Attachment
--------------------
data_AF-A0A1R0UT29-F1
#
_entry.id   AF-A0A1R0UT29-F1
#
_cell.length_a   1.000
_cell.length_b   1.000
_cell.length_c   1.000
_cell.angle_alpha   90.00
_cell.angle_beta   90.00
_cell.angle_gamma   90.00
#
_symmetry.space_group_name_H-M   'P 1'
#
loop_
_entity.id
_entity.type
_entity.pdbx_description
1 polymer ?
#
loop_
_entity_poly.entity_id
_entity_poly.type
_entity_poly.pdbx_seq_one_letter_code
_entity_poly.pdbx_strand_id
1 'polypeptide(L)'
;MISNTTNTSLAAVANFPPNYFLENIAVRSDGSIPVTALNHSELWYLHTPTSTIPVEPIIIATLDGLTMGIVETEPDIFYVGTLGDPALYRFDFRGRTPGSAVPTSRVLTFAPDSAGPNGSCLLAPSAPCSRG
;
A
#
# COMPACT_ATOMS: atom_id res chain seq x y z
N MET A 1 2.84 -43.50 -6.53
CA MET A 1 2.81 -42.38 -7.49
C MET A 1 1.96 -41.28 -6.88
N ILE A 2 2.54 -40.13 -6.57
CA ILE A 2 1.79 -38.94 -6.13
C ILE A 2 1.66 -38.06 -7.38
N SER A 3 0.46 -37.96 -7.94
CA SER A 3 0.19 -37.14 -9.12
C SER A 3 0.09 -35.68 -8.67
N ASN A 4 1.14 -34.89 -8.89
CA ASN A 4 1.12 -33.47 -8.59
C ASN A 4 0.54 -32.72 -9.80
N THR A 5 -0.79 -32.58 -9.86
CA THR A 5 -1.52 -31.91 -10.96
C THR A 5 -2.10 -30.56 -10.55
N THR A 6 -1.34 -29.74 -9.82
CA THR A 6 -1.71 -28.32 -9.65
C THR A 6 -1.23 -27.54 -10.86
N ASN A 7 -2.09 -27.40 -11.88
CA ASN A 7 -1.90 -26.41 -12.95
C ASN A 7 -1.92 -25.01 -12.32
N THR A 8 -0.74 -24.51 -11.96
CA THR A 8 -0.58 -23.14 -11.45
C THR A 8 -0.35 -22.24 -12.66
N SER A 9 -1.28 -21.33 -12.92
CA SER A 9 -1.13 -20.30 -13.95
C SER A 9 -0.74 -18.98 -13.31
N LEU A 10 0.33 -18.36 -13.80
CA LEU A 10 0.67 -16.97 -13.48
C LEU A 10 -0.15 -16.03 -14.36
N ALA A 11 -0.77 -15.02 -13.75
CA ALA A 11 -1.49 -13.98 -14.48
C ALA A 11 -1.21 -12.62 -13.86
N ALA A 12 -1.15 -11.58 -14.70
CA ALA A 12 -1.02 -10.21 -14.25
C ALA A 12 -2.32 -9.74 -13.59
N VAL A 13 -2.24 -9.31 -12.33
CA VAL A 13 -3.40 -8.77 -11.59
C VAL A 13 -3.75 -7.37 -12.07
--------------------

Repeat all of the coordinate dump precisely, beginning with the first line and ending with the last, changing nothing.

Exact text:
data_AF-A0A1R0UT29-F1
#
_entry.id   AF-A0A1R0UT29-F1
#
_cell.length_a   1.000
_cell.length_b   1.000
_cell.length_c   1.000
_cell.angle_alpha   90.00
_cell.angle_beta   90.00
_cell.angle_gamma   90.00
#
_symmetry.space_group_name_H-M   'P 1'
#
loop_
_entity.id
_entity.type
_entity.pdbx_description
1 polymer ?
#
loop_
_entity_poly.entity_id
_entity_poly.type
_entity_poly.pdbx_seq_one_letter_code
_entity_poly.pdbx_strand_id
1 'polypeptide(L)'
;MISNTTNTSLAAVANFPPNYFLENIAVRSDGSIPVTALNHSELWYLHTPTSTIPVEPIIIATLDGLTMGIVETEPDIFYVGTLGDPALYRFDFRGRTPGSAVPTSRVLTFAPDSAGPNGSCLLAPSAPCSRG
;
A
#
# COMPACT_ATOMS: atom_id res chain seq x y z
N MET A 1 2.84 -43.50 -6.53
CA MET A 1 2.81 -42.38 -7.49
C MET A 1 1.96 -41.28 -6.88
N ILE A 2 2.54 -40.13 -6.57
CA ILE A 2 1.79 -38.94 -6.13
C ILE A 2 1.66 -38.06 -7.38
N SER A 3 0.46 -37.96 -7.94
CA SER A 3 0.19 -37.14 -9.12
C SER A 3 0.09 -35.68 -8.67
N ASN A 4 1.14 -34.89 -8.89
CA ASN A 4 1.12 -33.47 -8.59
C ASN A 4 0.54 -32.72 -9.80
N THR A 5 -0.79 -32.58 -9.86
CA THR A 5 -1.52 -31.91 -10.96
C THR A 5 -2.10 -30.56 -10.55
N THR A 6 -1.34 -29.74 -9.82
CA THR A 6 -1.71 -28.32 -9.65
C THR A 6 -1.23 -27.54 -10.86
N ASN A 7 -2.09 -27.40 -11.88
CA ASN A 7 -1.90 -26.41 -12.95
C ASN A 7 -1.92 -25.01 -12.32
N THR A 8 -0.74 -24.51 -11.96
CA THR A 8 -0.58 -23.14 -11.45
C THR A 8 -0.35 -22.24 -12.66
N SER A 9 -1.28 -21.33 -12.92
CA SER A 9 -1.13 -20.30 -13.95
C SER A 9 -0.74 -18.98 -13.31
N LEU A 10 0.33 -18.36 -13.80
CA LEU A 10 0.67 -16.97 -13.48
C LEU A 10 -0.15 -16.03 -14.36
N ALA A 11 -0.77 -15.02 -13.75
CA ALA A 11 -1.49 -13.98 -14.48
C ALA A 11 -1.21 -12.62 -13.86
N ALA A 12 -1.15 -11.58 -14.70
CA ALA A 12 -1.02 -10.21 -14.25
C ALA A 12 -2.32 -9.74 -13.59
N VAL A 13 -2.24 -9.31 -12.33
CA VAL A 13 -3.40 -8.77 -11.59
C VAL A 13 -3.75 -7.37 -12.07